I should have waited longer to allow the phases to separate properly, but notice the oil clinging to the glass wall in the right picture – it’s totally clear without any traces of blue/purple color.

    For our next experiment we will use carrots or carrot juice. Add some oil and mix with an immersion blender to extract the carotene. What you observe now is that the oil phase turns orange/yellow. The reason for this is that the carotenes are oil soluble. If desired one can separate the two phases with a plastic bag as mentioned above.


    Extraction of carotene from carrots. Pictures: 1) I finely grated carrots, 2) Blended them with water and filtered of the remains – the water phase was then layered with plain cooking oil 3) Water and oil were mixed with an immersion blender and the phases left to separate, 4) A plastic bag serves as a separatory funnel – cut a small hole to let out the liquid. The water phase turned grey, probably because I left it at room temperature to allow the phases to separate (1-2 days).

    Now that the effect has been demonstrated with food colors it’s time to move on to tastes and aromas. The four basic tastes are all soluble in water, whereas the pungency found in chiles for instance is soluble in oil. Aromas or smell flavorants however are primarily soluble in oil. To test this one can take some clear meat stock, add oil and taste the water and the oil phases separately. The water phase will be salty, and also have a little meaty flavor (our nose detects the tiny amounts of oil which remain in the water water phase, even if no oil droplets can be seen – and of course there are also umami flavorants in the water phase). The oil phase will not be salt at all and have a strong meaty aroma.

    Even though you seldom will go to the extremes of separating oil and water phases, it can be good to think about where your aromas goes when you cook. And so you won’t forget I rewrote the first few lines of the Shoop Shoop song:

    / D7 – C7 – / D7 – – – /
    Can you tell me where the aroma goes
    and how it enters into my nose?

    / Am7 D7 Am7 D7 / / G Em7 Am7 D7 / G C D – /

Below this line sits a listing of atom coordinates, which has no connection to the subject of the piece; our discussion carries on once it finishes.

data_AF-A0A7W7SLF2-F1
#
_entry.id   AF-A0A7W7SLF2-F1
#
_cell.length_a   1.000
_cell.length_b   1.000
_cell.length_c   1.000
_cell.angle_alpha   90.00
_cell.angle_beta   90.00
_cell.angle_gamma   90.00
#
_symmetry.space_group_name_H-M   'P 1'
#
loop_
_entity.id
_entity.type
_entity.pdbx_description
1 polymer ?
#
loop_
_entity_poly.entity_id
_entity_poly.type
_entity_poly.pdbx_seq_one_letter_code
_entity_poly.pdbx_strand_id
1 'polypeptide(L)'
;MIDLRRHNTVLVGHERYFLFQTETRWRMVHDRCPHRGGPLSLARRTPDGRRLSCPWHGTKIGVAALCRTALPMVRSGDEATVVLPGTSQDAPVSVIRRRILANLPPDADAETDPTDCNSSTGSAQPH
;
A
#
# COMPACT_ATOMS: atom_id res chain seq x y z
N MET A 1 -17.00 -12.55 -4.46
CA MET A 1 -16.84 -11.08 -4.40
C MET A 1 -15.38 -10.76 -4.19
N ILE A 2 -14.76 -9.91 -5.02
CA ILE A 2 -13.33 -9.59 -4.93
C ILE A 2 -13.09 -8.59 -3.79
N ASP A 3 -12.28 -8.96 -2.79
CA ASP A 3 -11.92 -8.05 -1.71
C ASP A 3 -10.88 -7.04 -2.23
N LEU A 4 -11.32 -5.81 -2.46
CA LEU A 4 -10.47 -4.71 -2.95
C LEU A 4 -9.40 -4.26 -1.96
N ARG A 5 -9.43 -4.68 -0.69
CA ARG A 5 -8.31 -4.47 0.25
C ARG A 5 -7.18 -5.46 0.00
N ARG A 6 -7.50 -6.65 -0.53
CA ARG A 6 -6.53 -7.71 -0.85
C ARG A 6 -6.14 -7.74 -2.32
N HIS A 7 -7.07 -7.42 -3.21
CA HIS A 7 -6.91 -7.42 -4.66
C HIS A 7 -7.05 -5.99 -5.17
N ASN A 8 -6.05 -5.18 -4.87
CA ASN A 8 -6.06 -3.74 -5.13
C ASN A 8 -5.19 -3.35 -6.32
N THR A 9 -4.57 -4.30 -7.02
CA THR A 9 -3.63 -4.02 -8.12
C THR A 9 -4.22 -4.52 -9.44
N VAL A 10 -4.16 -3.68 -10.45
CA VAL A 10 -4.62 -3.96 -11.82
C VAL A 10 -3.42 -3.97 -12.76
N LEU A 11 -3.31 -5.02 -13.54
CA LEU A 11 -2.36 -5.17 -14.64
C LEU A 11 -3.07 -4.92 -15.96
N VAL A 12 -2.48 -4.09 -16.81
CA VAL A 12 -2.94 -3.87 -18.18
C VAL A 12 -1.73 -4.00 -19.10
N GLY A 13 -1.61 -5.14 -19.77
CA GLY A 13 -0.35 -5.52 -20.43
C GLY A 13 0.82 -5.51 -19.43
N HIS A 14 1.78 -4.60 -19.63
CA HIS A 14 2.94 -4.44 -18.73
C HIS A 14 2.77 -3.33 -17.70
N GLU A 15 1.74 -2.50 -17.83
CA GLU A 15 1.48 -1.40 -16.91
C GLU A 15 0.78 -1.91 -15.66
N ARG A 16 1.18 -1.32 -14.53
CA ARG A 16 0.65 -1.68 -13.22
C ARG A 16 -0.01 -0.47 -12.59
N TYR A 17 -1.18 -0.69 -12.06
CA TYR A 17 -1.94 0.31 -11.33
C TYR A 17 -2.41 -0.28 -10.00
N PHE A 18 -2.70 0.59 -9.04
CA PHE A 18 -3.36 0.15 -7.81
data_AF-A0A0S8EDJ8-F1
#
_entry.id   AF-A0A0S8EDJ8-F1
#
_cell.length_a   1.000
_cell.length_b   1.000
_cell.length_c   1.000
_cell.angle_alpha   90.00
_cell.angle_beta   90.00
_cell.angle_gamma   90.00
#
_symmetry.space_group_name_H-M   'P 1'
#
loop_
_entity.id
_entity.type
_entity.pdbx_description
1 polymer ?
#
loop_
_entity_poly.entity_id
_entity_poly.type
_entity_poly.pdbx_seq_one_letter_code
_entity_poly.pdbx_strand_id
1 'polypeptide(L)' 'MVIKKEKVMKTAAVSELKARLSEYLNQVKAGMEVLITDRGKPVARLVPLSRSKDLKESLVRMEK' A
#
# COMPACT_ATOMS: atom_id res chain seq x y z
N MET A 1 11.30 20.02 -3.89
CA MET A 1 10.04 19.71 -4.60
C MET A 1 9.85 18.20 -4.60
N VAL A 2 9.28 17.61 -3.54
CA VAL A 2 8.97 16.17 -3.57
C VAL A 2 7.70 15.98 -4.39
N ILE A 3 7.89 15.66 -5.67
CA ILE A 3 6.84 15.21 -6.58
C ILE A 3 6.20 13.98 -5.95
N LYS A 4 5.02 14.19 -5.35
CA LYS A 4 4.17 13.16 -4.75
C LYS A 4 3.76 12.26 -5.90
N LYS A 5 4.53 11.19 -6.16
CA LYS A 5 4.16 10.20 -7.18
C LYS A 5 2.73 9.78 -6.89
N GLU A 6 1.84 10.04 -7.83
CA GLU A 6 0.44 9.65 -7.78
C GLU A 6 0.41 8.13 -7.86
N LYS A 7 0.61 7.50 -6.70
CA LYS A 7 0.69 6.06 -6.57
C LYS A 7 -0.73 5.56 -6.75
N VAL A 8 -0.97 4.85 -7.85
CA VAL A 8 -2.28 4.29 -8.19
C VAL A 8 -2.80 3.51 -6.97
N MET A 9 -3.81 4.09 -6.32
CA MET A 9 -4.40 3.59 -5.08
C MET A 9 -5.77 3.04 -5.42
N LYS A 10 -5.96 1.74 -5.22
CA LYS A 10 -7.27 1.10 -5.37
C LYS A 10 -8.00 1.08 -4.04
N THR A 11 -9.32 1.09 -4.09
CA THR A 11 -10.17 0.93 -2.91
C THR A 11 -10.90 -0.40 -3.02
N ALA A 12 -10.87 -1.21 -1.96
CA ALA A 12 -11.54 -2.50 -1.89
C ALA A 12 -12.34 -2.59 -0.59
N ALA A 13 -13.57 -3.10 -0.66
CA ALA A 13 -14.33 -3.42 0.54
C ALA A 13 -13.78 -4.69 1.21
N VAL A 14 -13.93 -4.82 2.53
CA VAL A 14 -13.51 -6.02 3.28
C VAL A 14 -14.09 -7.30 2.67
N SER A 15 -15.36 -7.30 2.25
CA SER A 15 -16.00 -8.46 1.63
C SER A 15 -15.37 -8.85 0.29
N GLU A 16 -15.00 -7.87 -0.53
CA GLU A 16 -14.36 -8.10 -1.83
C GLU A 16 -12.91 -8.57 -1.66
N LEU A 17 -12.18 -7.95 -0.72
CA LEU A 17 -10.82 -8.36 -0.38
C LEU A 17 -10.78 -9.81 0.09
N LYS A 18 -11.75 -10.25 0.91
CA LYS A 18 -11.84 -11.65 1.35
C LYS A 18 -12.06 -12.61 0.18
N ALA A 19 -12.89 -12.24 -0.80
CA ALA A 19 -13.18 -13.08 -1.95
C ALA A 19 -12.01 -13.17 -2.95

It’s through the oily phase – Oh yeah, into the nose
    In the water phase? – Oh, no, that’s just the salts
    If you wanna know where the aroma goes
    It’s in the grease, that’s where it is

    (aroma should be pronounced more like ‘roma when singing)

    Somes words about safety: When infusing spices, herbs or garlic – think about the fact that you create anaerobic conditions. If pH is above 4.6, the oil is kept at room temperature, and Clostridium botulinum spores are present you might be bad off (botulinum toxin causes botulism). There are sites that cover this in greater detail. Perhaps the easiest way of preventing the growth of botulimum spores is by adjusting the pH with an acid such as phosphoric or citric acid (that would be the pH of any water phase present as they are not soluble in the oil).

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    Filed under: experiments, molecular gastronomy, science, tips & tricks

    Comments

    1. Alessio Says:

      Hi Martin,
      thanks for the nice post :) I have got a couple of question:
      What about infusing dried spices? no worries about Botulinum or am I wrong?
      What is the effect of temperature? I know that it should help the liberation of aromatic molecules but what about the oil itself? Heat changes the oil tastes… Which is the best oil to use then?
      Thanks a lot :)

    2. matthijs Says:

      During a little (absolutely non scientific) experiment I extraced lemon peel flavor into oil in less than half an hour, simply by heating the oil to a safe-ish 110 degrees centigrade, so that seems to suggest heat helps speed the extraction (for comparison, try dumping lemon peel in cold oil – it will take days to extract flavor.

    3. Weston Says: